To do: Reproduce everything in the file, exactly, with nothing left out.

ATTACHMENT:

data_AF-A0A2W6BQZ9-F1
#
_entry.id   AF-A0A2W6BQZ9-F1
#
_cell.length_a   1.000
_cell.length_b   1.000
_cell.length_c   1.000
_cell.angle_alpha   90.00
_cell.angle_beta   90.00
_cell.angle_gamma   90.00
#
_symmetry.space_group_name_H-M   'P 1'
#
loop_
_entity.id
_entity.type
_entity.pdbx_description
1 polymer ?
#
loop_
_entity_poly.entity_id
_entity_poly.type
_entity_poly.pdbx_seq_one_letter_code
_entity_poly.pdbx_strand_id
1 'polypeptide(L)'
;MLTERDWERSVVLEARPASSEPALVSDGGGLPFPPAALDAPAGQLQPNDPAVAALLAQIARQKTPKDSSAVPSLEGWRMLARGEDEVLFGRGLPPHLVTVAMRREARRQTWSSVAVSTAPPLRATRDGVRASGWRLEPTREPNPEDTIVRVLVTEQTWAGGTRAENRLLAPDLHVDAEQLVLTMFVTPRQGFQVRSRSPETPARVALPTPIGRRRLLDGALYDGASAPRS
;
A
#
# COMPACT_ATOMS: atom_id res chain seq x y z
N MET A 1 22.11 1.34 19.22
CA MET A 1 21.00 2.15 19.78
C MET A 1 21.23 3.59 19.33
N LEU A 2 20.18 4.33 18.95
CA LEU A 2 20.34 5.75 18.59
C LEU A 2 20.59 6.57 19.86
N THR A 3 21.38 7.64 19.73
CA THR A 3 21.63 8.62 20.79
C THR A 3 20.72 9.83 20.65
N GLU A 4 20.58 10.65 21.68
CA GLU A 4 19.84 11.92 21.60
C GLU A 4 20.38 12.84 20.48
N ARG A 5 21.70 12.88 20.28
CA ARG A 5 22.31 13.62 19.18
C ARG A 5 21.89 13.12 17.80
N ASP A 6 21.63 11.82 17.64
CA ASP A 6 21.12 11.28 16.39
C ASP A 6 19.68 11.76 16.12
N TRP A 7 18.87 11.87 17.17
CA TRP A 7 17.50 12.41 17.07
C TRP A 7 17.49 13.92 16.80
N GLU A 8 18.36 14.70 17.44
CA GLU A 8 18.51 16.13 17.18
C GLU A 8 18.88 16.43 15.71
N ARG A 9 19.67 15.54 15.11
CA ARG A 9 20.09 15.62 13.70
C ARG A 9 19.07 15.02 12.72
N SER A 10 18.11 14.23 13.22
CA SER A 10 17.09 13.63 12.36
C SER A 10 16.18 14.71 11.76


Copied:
data_AF-A0A2W6BQZ9-F1
#
_entry.id   AF-A0A2W6BQZ9-F1
#
_cell.length_a   1.000
_cell.length_b   1.000
_cell.length_c   1.000
_cell.angle_alpha   90.00
_cell.angle_beta   90.00
_cell.angle_gamma   90.00
#
_symmetry.space_group_name_H-M   'P 1'
#
loop_
_entity.id
_entity.type
_entity.pdbx_description
1 polymer ?
#
loop_
_entity_poly.entity_id
_entity_poly.type
_entity_poly.pdbx_seq_one_letter_code
_entity_poly.pdbx_strand_id
1 'polypeptide(L)'
;MLTERDWERSVVLEARPASSEPALVSDGGGLPFPPAALDAPAGQLQPNDPAVAALLAQIARQKTPKDSSAVPSLEGWRMLARGEDEVLFGRGLPPHLVTVAMRREARRQTWSSVAVSTAPPLRATRDGVRASGWRLEPTREPNPEDTIVRVLVTEQTWAGGTRAENRLLAPDLHVDAEQLVLTMFVTPRQGFQVRSRSPETPARVALPTPIGRRRLLDGALYDGASAPRS
;
A
#
# COMPACT_ATOMS: atom_id res chain seq x y z
N MET A 1 22.11 1.34 19.22
CA MET A 1 21.00 2.15 19.78
C MET A 1 21.23 3.59 19.33
N LEU A 2 20.18 4.33 18.95
CA LEU A 2 20.34 5.75 18.59
C LEU A 2 20.59 6.57 19.86
N THR A 3 21.38 7.64 19.73
CA THR A 3 21.63 8.62 20.79
C THR A 3 20.72 9.83 20.65
N GLU A 4 20.58 10.65 21.68
CA GLU A 4 19.84 11.92 21.60
C GLU A 4 20.38 12.84 20.48
N ARG A 5 21.70 12.88 20.28
CA ARG A 5 22.31 13.62 19.18
C ARG A 5 21.89 13.12 17.80
N ASP A 6 21.63 11.82 17.64
CA ASP A 6 21.12 11.28 16.39
C ASP A 6 19.68 11.76 16.12
N TRP A 7 18.87 11.87 17.17
CA TRP A 7 17.50 12.41 17.07
C TRP A 7 17.49 13.92 16.80
N GLU A 8 18.36 14.70 17.44
CA GLU A 8 18.51 16.13 17.18
C GLU A 8 18.88 16.43 15.71
N ARG A 9 19.67 15.54 15.11
CA ARG A 9 20.09 15.62 13.70
C ARG A 9 19.07 15.02 12.72
N SER A 10 18.11 14.23 13.22
CA SER A 10 17.09 13.63 12.36
C SER A 10 16.18 14.71 11.76